06 Sep How to Prevent a House Fire
Test your smoke detectors.
Properly maintain your smoke alarms by testing the batteries once a month. It’s easy to forget such regular maintenance, but it’s worth setting a reminder in your smartphone’s calendar to help you get it done. If they’re not working, replace them immediately.
Inspect heating sources.
Regardless of what kind of primary heating you have in your home, an annual inspection will reduce your risk of fire.
Change furnace filters regularly to avoid a buildup of dust and lint that can easily catch fire. If you use space heaters, carefully inspect them before and after each use, and place them at least three feet away from anything combustible, such as fabric or paper. Check water heaters as well, especially those that run off gas and have a pilot light. Make sure nothing is close to the heating element.
Keep the stove and oven clear.
Kitchens are the most common places for house fires. To prevent kitchen fires, don’t leave anything flammable near the stove or oven. Make sure curtains don’t hang over the stove, and never rest towels or a cookbook on the stove top. Keep oven and stove cooking surfaces clean and free of debris, especially if heating elements are exposed.
Stay in the kitchen.
Don’t leave a hot cooking surface unattended. Whether it’s a pot on the stove or an electric griddle, you need to be close by. If you have to leave the room, take the pot off the stove or turn off the griddle first. Make sure pot handles are turned inwards at all times so they can’t accidentally be bumped and splatter grease.
Check the dryer.
If you have a gas-powered clothes dryer, have it inspected once a year to make sure all connections are secure. No matter what type of dryer you have, always clean out the lint filter after a load is finished. Regularly check behind and around the dryer for pockets of lint or items of laundry that have fallen under or behind. Use a shop vacuum or hire a professional to thoroughly remove all lint and debris from the lint trap area and all external dryer vents at least once a year.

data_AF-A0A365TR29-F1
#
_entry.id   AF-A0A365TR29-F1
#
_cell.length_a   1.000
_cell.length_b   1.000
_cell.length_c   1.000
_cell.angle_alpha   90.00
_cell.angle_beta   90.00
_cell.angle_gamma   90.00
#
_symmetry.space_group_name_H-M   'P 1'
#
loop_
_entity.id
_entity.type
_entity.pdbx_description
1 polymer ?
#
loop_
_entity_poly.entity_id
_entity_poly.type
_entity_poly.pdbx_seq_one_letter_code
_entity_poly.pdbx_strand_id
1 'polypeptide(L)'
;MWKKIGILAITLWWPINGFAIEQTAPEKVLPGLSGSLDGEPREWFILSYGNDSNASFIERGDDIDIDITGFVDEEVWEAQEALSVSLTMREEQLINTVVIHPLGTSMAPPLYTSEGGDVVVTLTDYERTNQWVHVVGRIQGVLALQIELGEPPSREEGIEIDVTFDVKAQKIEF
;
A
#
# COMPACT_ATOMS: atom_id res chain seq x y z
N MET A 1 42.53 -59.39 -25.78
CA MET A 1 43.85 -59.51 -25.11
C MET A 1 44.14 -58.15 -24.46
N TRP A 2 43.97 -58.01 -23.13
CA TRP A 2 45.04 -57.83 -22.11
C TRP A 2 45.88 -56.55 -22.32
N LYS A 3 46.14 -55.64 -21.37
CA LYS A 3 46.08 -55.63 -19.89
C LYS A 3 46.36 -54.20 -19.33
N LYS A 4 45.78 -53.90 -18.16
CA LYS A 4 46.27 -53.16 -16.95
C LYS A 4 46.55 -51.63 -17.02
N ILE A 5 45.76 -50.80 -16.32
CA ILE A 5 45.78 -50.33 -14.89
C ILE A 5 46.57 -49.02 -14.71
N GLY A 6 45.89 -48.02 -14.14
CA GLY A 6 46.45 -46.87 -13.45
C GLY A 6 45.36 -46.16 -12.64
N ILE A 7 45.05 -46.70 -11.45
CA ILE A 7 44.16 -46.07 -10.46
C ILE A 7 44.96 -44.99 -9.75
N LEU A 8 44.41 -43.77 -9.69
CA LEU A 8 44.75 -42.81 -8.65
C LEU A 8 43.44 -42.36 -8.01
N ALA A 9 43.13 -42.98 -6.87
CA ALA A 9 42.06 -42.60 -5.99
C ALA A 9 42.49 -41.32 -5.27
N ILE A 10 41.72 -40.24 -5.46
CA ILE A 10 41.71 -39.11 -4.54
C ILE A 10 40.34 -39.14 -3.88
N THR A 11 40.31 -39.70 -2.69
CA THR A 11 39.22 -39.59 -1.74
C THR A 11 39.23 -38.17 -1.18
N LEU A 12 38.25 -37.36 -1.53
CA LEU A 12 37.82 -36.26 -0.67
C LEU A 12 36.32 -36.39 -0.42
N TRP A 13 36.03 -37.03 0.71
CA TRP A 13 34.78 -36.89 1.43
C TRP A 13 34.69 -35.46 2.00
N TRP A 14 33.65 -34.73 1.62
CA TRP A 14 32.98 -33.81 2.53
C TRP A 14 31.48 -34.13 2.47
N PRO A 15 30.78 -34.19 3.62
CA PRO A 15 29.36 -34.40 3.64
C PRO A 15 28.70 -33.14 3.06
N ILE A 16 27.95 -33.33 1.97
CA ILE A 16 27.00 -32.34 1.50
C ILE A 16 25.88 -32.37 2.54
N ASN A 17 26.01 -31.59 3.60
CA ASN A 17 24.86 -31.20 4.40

Maintain electrical cords.
Regularly check the condition of electrical cords and watch out for frayed wires. Repair or replace damaged cords immediately. Electrical cords can produce heat, so don’t trap them under a rug or between furniture and the wall. When you’re not using them, unplug any appliances that feel warm to the touch when connected to power, including phone chargers.
Use extension cords sparingly as a temporary fix, as they can deteriorate quickly with continuous use. Make sure any extension cords you use are rated for the wattage of the device they’re powering. When it comes to power strips and surge protectors, don’t try to cut corners. Trusted name brands are best.
Know your shutoffs.
Know the locations of your power shutoffs for all utilities, including gas lines, circuit breakers, appliances, and fuses. Post clear shutoff directions next to each one. Keep a non-sparking tool handy for turning off gas.
Store flammable products properly.
Many household cleaners and cosmetic products like shaving cream and hair spray are flammable. Keep flammable products away from heat, including exposure to sunlight. Designate a cool, dark cupboard for flammable products and make sure all family members know where they go.